Rymkiewicz G, Grygalewicz B, Chechlinska M, et al.A comprehensive flow-cytometry-based immunophenotypic characterization of Burkitt-like lymphoma with 11q aberration.
Mod Pathol. 2018; 31(5):732-743 [PubMed
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We previously described a subset of MYC translocation-negative aggressive B-cell lymphomas resembling Burkitt lymphoma, characterized by proximal gains and distal losses in chromosome 11. In the 2016 WHO classification, these MYC-negative lymphomas were recognized as a new provisional entity, 'Burkitt-like lymphoma with 11q aberration'. Here we present an immunophenotype analysis of Burkitt-like lymphomas with 11q aberration. Cells were acquired by fine needle aspiration biopsy from 10 young adult patients, 80% of whom presented recurrence-free 5-year survival. Twenty-three MYC-positive Burkitt lymphomas, including three carrying both MYC rearrangement and 11q aberration, served as controls. By immunohistochemistry, all Burkitt-like lymphomas with 11q aberration were CD20+/CD10+/BCL6+/BCL2-/MUM1-/MYC+/EBV-, usually LMO2+/CD44-/CD43- and sometimes CD56+, and showed high proliferation rate. By flow cytometry, Burkitt-like lymphoma with 11q aberration immunophenotypically resembled MYC-positive Burkitt lymphoma, except for significantly (adjusted P<0.001) more frequent CD38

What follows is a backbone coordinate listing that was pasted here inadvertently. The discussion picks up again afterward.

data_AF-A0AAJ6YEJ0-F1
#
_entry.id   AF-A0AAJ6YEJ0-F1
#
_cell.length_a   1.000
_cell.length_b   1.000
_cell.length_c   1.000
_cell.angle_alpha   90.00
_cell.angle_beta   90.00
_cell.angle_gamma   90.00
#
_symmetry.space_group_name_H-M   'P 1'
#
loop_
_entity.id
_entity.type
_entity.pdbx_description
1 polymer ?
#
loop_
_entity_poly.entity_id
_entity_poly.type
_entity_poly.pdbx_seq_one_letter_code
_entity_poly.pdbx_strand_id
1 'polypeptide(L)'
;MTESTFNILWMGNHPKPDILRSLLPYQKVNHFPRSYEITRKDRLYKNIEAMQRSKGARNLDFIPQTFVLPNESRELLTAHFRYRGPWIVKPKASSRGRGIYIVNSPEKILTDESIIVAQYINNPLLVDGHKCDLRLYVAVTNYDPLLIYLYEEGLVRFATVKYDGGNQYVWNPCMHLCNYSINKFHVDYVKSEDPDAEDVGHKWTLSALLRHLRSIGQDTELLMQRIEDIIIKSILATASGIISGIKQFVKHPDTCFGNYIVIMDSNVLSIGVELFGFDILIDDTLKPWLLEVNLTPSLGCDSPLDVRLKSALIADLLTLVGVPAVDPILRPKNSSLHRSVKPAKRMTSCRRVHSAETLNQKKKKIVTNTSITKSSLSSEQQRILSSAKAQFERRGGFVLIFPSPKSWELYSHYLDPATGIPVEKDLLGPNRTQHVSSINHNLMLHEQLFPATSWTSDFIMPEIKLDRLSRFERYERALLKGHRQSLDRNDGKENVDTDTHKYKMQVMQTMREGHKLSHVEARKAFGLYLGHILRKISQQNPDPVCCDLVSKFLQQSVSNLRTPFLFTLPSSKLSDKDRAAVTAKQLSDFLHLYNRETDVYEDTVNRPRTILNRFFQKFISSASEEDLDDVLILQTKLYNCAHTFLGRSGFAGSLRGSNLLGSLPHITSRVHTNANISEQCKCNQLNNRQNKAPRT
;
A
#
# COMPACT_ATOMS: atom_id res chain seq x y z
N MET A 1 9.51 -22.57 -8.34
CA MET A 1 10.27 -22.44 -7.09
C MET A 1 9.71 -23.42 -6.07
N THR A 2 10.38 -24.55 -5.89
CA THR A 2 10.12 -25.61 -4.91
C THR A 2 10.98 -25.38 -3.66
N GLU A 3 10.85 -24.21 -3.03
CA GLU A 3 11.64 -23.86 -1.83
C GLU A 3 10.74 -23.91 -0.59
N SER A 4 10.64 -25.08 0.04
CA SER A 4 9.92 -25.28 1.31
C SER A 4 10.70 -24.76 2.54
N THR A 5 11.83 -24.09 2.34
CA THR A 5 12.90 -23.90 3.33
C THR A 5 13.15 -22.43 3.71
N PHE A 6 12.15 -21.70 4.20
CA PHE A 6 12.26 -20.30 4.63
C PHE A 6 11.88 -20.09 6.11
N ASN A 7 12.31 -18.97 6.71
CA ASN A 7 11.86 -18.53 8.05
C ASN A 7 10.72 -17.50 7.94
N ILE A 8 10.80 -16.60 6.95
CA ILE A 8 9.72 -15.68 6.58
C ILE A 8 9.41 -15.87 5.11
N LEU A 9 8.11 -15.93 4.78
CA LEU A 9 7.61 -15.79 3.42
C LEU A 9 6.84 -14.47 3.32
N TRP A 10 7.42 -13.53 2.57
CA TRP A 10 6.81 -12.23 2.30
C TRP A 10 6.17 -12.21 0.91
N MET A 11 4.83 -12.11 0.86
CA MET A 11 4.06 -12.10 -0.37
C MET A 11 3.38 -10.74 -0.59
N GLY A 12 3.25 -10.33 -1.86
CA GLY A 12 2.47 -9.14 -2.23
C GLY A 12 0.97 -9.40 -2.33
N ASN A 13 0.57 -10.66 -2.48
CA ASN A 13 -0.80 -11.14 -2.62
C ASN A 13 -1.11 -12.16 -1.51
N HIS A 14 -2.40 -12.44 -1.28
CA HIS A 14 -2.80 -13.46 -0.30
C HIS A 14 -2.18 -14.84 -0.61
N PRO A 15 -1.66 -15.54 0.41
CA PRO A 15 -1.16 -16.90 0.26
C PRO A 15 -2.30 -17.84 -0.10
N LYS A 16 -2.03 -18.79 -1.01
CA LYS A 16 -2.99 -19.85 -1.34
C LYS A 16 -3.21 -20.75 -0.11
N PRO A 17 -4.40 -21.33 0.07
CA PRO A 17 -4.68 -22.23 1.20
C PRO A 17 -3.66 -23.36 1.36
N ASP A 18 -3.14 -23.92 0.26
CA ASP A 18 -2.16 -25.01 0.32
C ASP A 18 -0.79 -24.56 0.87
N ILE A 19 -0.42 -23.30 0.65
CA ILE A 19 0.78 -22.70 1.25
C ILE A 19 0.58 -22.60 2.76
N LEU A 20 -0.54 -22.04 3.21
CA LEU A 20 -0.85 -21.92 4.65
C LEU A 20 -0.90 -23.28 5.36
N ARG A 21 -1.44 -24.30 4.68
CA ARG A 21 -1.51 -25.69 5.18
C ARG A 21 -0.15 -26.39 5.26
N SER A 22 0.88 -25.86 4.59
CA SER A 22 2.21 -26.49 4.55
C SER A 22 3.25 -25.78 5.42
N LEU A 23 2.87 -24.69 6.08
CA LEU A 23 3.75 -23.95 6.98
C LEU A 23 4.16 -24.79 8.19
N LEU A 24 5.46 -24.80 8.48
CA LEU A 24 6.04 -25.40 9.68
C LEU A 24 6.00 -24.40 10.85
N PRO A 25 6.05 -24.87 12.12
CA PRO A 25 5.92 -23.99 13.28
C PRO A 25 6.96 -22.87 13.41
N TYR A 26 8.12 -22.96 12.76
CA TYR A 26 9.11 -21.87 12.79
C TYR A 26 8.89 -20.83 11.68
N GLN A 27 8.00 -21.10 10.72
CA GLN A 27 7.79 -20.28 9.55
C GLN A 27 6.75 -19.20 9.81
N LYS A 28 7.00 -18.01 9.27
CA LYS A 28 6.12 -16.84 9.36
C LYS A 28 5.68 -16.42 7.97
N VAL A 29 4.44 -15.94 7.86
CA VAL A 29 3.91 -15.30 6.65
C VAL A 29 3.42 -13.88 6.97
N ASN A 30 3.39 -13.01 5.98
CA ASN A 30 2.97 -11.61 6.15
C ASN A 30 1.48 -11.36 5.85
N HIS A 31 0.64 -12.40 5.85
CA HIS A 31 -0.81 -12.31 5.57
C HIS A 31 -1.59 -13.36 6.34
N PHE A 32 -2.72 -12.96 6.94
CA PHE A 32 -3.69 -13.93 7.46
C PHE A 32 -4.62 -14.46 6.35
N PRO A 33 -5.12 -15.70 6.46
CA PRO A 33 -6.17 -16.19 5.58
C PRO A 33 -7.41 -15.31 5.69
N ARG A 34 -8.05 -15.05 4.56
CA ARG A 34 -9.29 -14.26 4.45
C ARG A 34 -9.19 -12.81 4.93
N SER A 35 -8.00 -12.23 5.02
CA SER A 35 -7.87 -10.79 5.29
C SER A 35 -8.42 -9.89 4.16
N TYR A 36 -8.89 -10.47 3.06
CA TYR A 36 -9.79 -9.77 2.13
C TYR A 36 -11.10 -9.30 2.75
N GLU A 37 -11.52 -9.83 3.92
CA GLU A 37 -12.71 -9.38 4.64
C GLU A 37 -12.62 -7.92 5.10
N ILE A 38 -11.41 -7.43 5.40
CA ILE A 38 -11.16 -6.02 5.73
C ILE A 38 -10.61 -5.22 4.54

Miyashita K, Kitajima K, Goyama S, et al.Overexpression of Lhx2 suppresses proliferation of human T cell acute lymphoblastic leukemia-derived cells, partly by reducing LMO2 protein levels.
Biochem Biophys Res Commun. 2018; 495(3):2310-2316 [PubMed
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T cell acute lymphoblastic leukemia (T-ALL) is a malignant cancer with poor prognosis. The transcriptional co-factor LIM domain only 2 (LMO2) and its target gene HHEX are essential for self-renewal of T cell precursors and T-ALL etiology. LMO2 directly associates with LDB1 in a large DNA-containing nuclear complex and controls the transcription of T-ALL-related genes. Recently, we reported that overexpression of the LIM-homeodomain transcription factor, Lhx2, results in liberation of the Lmo2 protein from the Lmo2-Ldb1 complex, followed by ubiquitin proteasome mediated degradation. Here, we found that proliferation of five human T-ALL-derived cell lines, including CCRF-CEM, was significantly suppressed by retroviral overexpression of Lhx2. The majority of Lhx2-transduced CCRF-CEM cells arrested in G
Objectives: KLHL6 is a recently described BTB-Kelch protein with selective expression in lymphoid tissues and is most strongly expressed in germinal center B cells.
Methods: Using gene expression profiling as well as immunohistochemistry with an anti-KLHL6 monoclonal antibody, we have characterized the expression of this molecule in normal and neoplastic tissues. Protein expression was evaluated in 1,058 hematopoietic neoplasms.
Results: Consistent with its discovery as a germinal center marker, KLHL6 was positive mainly in B-cell neoplasms of germinal center derivation, including 95% of follicular lymphomas (106/112). B-cell lymphomas of non-germinal center derivation were generally negative (0/33 chronic lymphocytic leukemias/small lymphocytic lymphomas, 3/49 marginal zone lymphomas, and 2/66 mantle cell lymphomas).